The SCW Q&A: Eclipsing, hurricane vs. typhoon, climate changed, thunder calc, bad forecasts!

In this second edition of our new Q&A feature, Eric and Matt tackle an excellent set of questions from you, our most excellent readers.

We do this monthly, and if you’re dying to know something weather- or SCW-related, leave us a comment here or on our many, many social channels – Facebook, Instagram, Threads, X/Twitter, Mastodon, Bluesky (we’re everywhere!) – or hit the Feedback button in the blog’s sidebar.

Let’s get to it.

Q: What does the forecast look like for the solar eclipse on April 8?

A. We have received more questions about the total solar eclipse next month than almost anything that I can remember. And for good reason, it is going to be spectacular—very likely the most dramatic celestial event that most all of us will see in our lifetimes. I cannot wait.

However, in regard the forecast we need to exercise a little bit of patience. Unless we see a very strong signal for high pressure over the state of Texas, confidently forecasting clear or partially clear skies is not something that can be done too far in advance. I plan to make an initial forecast next Thursday, and then we’ll provide regular guidance after that.

– Eric

A preview of things to come: The 2017 total solar eclipse as seen from Casper, Wyoming, by a team of European Space Agency astronomers. (Credit: ESA)

Q: I’ve been noticing that the term hurricane and typhoon are being used interchangeably and frequently by weather forecasters – both on tv and in the paper. I don’t recall this happening in the recent past. Why is this happening and do the terms mean the same thing?

A: The answer depends on where they’re talking about. No, really. Both terms describe the same phenomenon: What we call a hurricane, folks in East Asia call a typhoon. According to the American Meteorological Society’s Glossary of Meteorology, the word “typhoon” originates either from Cantonese (t’ai fung: “great wind”), Arabic (tufan: “smoke”), or Greek (typhon: “monster”). Aristotle described it as such in his text Meteorologica to mean a wind-containing cloud. You can read more about the etymology (and debate) of “typhoon’s” origins on the Wiki page.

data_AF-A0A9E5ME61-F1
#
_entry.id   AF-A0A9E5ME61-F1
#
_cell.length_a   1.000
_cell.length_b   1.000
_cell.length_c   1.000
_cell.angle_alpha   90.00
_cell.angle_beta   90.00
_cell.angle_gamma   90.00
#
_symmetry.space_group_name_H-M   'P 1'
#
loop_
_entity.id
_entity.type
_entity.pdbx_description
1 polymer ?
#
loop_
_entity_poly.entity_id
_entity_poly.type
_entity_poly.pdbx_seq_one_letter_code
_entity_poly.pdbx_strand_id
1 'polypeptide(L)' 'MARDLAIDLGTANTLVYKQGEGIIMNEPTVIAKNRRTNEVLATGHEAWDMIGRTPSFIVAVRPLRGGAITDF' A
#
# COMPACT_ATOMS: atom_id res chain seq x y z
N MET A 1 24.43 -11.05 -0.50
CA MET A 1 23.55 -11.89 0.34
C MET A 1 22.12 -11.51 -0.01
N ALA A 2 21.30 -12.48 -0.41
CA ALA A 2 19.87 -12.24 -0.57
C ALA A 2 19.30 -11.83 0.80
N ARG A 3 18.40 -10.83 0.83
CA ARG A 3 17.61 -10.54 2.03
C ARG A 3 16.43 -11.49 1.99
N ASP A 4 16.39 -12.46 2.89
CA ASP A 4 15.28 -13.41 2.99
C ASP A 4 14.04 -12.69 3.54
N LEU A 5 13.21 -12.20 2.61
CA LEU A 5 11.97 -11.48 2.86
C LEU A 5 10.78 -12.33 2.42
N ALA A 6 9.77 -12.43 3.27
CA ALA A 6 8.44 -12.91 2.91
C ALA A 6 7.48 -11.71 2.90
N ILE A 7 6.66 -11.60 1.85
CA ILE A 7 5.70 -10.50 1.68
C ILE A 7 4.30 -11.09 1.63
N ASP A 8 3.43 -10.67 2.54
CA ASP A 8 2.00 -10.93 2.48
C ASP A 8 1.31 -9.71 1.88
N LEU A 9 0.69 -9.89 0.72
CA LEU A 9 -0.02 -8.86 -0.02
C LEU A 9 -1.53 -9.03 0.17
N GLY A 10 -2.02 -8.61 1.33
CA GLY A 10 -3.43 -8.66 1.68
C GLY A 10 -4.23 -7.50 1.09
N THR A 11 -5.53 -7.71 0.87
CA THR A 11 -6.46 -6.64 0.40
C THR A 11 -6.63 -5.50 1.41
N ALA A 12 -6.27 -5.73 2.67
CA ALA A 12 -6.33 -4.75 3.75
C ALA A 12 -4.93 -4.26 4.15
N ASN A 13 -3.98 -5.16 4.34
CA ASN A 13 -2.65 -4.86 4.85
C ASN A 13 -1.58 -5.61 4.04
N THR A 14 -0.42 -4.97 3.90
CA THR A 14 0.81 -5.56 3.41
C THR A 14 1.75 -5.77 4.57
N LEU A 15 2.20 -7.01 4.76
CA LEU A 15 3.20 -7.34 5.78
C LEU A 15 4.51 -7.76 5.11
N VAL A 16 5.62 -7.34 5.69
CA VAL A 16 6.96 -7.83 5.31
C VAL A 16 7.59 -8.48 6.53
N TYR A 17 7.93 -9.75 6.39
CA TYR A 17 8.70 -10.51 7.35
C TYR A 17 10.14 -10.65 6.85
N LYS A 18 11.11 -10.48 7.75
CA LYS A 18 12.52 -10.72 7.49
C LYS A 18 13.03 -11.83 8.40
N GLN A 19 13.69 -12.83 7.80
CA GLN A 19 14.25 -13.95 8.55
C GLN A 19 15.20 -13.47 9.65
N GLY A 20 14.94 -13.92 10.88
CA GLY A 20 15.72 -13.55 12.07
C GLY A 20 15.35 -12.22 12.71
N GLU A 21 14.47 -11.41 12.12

Meanwhile, “hurricane” probably derives from “Hurakan,” the Mayan god of wind, storm, and fire. The thought is that the indigenous Taino peoples told Columbus and other Spaniards of this deity, and the name became associated and stuck to what we call hurricanes today.

If you travel to the Indian Ocean or Australia, these storms will be referenced as “cyclones.” I was taught in grade school that Aussies referred to them as “willy willys.” That is not the case. “Willy willy” actually refers to a dust devil which is like a miniature tornado that can form in clear weather (another topic for another day).

But, the bottom line: Hurricane, typhoon, cyclone, tropical cyclone, cyclonic storm are all basically interchangeable at the highest level. Hearing it called one of those names can narrow down for you where it actually occurred. There are occasionally other regional references you may hear, such as “Medicane,” which is essentially a Mediterranean version of a hurricane.

– Matt

Q. In southeast Texas, how has the climate changed over the last 10,000 years? Was this area drier, wetter, more trees, more prairie? How did this effect how people lived?

A. The Texas State Historical Association has a great website with answers to questions like this. I encourage you to visit there for the full details. But the big picture is that 10,000 years ago Texas (and the rest of the present-day United States) were emerging from the last great ice age. At that time, when glaciers reached their greatest extent, average temperatures were 10 to 15 degrees cooler than today. But by 10,000 years ago things were getting back closer to what conditions were like today, although Texas has steadily gotten a bit warmer and drier over recent millennia.

As for how people lived in Houston, how did they do it without air conditioning?

– Eric

Q: When you hear thunder, sometimes it sounds like it is right over you and other times it seems far away. As a meteorologist, are you able to point/pinpoint a specific area in the sky where the thunder is coming from?